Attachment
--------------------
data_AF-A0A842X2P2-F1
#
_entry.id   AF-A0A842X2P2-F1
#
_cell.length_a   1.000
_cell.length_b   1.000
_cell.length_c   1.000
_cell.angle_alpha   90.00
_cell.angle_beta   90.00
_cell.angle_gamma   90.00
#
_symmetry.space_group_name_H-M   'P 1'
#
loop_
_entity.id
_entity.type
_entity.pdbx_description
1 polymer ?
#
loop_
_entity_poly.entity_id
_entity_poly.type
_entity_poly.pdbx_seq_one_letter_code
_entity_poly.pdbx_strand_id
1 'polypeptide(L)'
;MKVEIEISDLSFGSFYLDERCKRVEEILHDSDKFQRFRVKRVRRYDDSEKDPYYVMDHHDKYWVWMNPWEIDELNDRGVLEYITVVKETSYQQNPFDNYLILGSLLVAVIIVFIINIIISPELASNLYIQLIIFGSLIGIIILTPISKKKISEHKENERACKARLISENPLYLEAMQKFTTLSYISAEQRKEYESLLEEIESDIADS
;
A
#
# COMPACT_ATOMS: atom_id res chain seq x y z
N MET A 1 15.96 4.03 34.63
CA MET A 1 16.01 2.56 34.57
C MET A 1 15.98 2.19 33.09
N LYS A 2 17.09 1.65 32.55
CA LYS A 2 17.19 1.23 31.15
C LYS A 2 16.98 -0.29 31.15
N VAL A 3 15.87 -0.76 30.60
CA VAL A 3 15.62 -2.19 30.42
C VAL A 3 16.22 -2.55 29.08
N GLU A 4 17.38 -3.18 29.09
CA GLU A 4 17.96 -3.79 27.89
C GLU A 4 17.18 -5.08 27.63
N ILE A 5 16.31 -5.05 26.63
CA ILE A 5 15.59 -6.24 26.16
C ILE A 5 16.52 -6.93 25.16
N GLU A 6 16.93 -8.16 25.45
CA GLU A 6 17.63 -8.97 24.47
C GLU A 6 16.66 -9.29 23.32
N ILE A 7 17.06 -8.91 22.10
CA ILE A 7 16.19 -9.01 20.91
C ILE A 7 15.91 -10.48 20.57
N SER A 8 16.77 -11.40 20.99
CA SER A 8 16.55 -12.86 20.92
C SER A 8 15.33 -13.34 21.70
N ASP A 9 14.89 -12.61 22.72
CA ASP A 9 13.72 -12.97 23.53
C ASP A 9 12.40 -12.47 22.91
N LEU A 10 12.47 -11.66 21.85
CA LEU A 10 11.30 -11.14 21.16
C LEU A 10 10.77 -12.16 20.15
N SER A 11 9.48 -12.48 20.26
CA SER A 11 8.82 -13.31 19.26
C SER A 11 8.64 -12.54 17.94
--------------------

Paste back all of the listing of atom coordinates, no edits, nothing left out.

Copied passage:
data_AF-A0A842X2P2-F1
#
_entry.id   AF-A0A842X2P2-F1
#
_cell.length_a   1.000
_cell.length_b   1.000
_cell.length_c   1.000
_cell.angle_alpha   90.00
_cell.angle_beta   90.00
_cell.angle_gamma   90.00
#
_symmetry.space_group_name_H-M   'P 1'
#
loop_
_entity.id
_entity.type
_entity.pdbx_description
1 polymer ?
#
loop_
_entity_poly.entity_id
_entity_poly.type
_entity_poly.pdbx_seq_one_letter_code
_entity_poly.pdbx_strand_id
1 'polypeptide(L)'
;MKVEIEISDLSFGSFYLDERCKRVEEILHDSDKFQRFRVKRVRRYDDSEKDPYYVMDHHDKYWVWMNPWEIDELNDRGVLEYITVVKETSYQQNPFDNYLILGSLLVAVIIVFIINIIISPELASNLYIQLIIFGSLIGIIILTPISKKKISEHKENERACKARLISENPLYLEAMQKFTTLSYISAEQRKEYESLLEEIESDIADS
;
A
#
# COMPACT_ATOMS: atom_id res chain seq x y z
N MET A 1 15.96 4.03 34.63
CA MET A 1 16.01 2.56 34.57
C MET A 1 15.98 2.19 33.09
N LYS A 2 17.09 1.65 32.55
CA LYS A 2 17.19 1.23 31.15
C LYS A 2 16.98 -0.29 31.15
N VAL A 3 15.87 -0.76 30.60
CA VAL A 3 15.62 -2.19 30.42
C VAL A 3 16.22 -2.55 29.08
N GLU A 4 17.38 -3.18 29.09
CA GLU A 4 17.96 -3.79 27.89
C GLU A 4 17.18 -5.08 27.63
N ILE A 5 16.31 -5.05 26.63
CA ILE A 5 15.59 -6.24 26.16
C ILE A 5 16.52 -6.93 25.16
N GLU A 6 16.93 -8.16 25.45
CA GLU A 6 17.63 -8.97 24.47
C GLU A 6 16.66 -9.29 23.32
N ILE A 7 17.06 -8.91 22.10
CA ILE A 7 16.19 -9.01 20.91
C ILE A 7 15.91 -10.48 20.57
N SER A 8 16.77 -11.40 20.99
CA SER A 8 16.55 -12.86 20.92
C SER A 8 15.33 -13.34 21.70
N ASP A 9 14.89 -12.61 22.72
CA ASP A 9 13.72 -12.97 23.53
C ASP A 9 12.40 -12.47 22.91
N LEU A 10 12.47 -11.66 21.85
CA LEU A 10 11.30 -11.14 21.16
C LEU A 10 10.77 -12.16 20.15
N SER A 11 9.48 -12.48 20.26
CA SER A 11 8.82 -13.31 19.26
C SER A 11 8.64 -12.54 17.94